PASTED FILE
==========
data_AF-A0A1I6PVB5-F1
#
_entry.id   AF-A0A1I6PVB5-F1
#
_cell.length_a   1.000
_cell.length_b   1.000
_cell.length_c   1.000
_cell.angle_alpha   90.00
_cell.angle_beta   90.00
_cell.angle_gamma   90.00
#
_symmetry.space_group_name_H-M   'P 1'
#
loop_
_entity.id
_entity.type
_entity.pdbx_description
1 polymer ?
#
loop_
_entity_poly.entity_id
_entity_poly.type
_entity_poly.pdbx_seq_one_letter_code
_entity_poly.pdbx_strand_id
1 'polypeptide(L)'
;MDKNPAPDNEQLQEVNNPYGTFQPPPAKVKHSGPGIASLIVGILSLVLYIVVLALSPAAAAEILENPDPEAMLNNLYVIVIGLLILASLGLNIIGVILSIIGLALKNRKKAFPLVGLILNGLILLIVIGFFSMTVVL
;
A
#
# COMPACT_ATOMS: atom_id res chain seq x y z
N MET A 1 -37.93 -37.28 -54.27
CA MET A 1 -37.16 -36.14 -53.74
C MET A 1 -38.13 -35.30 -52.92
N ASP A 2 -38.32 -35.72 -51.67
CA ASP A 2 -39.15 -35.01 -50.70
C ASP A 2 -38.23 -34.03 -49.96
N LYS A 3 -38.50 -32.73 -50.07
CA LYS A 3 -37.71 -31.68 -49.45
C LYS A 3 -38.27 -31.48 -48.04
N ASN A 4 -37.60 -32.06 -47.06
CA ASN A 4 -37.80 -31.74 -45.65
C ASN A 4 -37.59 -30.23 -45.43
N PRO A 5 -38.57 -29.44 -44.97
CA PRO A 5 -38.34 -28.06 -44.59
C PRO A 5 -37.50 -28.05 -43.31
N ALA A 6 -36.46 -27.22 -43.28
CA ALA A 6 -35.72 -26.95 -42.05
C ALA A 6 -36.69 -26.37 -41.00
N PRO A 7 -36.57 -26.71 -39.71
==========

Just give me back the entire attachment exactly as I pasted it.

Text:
data_AF-A0A1I6PVB5-F1
#
_entry.id   AF-A0A1I6PVB5-F1
#
_cell.length_a   1.000
_cell.length_b   1.000
_cell.length_c   1.000
_cell.angle_alpha   90.00
_cell.angle_beta   90.00
_cell.angle_gamma   90.00
#
_symmetry.space_group_name_H-M   'P 1'
#
loop_
_entity.id
_entity.type
_entity.pdbx_description
1 polymer ?
#
loop_
_entity_poly.entity_id
_entity_poly.type
_entity_poly.pdbx_seq_one_letter_code
_entity_poly.pdbx_strand_id
1 'polypeptide(L)'
;MDKNPAPDNEQLQEVNNPYGTFQPPPAKVKHSGPGIASLIVGILSLVLYIVVLALSPAAAAEILENPDPEAMLNNLYVIVIGLLILASLGLNIIGVILSIIGLALKNRKKAFPLVGLILNGLILLIVIGFFSMTVVL
;
A
#
# COMPACT_ATOMS: atom_id res chain seq x y z
N MET A 1 -37.93 -37.28 -54.27
CA MET A 1 -37.16 -36.14 -53.74
C MET A 1 -38.13 -35.30 -52.92
N ASP A 2 -38.32 -35.72 -51.67
CA ASP A 2 -39.15 -35.01 -50.70
C ASP A 2 -38.23 -34.03 -49.96
N LYS A 3 -38.50 -32.73 -50.07
CA LYS A 3 -37.71 -31.68 -49.45
C LYS A 3 -38.27 -31.48 -48.04
N ASN A 4 -37.60 -32.06 -47.06
CA ASN A 4 -37.80 -31.74 -45.65
C ASN A 4 -37.59 -30.23 -45.43
N PRO A 5 -38.57 -29.44 -44.97
CA PRO A 5 -38.34 -28.06 -44.59
C PRO A 5 -37.50 -28.05 -43.31
N ALA A 6 -36.46 -27.22 -43.28
CA ALA A 6 -35.72 -26.95 -42.05
C ALA A 6 -36.69 -26.37 -41.00
N PRO A 7 -36.57 -26.71 -39.71